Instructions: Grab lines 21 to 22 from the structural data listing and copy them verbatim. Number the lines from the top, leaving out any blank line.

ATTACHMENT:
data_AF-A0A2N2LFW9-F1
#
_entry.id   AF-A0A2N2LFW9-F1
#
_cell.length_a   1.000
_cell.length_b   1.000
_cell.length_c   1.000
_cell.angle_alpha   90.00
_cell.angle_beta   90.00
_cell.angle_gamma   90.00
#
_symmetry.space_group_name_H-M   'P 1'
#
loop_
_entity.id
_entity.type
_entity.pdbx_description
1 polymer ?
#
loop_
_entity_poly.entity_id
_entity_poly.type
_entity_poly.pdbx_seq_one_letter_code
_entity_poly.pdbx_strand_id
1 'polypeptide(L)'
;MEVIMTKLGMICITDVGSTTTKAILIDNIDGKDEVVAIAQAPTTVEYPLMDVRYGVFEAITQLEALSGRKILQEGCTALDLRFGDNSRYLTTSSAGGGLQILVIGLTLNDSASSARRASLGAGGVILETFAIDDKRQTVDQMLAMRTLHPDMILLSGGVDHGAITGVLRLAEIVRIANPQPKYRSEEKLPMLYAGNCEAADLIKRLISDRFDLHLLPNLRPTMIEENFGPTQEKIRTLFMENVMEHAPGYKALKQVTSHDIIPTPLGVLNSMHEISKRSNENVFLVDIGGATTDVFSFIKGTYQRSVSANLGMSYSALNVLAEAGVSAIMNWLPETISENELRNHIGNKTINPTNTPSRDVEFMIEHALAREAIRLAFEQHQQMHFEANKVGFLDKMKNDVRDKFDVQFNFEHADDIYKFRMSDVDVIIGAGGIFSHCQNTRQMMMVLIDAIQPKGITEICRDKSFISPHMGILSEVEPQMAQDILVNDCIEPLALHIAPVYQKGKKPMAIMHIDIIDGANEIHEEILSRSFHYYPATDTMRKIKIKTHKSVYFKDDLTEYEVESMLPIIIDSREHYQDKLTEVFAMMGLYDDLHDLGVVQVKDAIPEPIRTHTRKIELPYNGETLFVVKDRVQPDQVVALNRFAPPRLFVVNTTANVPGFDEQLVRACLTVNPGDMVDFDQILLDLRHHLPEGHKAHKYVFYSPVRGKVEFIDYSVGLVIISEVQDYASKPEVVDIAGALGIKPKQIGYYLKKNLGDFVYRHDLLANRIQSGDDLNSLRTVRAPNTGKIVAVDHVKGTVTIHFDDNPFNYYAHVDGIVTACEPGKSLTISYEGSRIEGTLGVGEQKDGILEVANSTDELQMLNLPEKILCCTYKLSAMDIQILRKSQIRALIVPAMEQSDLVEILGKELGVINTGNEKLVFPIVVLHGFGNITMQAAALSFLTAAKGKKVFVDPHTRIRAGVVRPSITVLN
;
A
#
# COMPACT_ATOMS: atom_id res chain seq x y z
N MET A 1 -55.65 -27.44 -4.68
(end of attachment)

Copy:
_entity_poly.entity_id
_entity_poly.type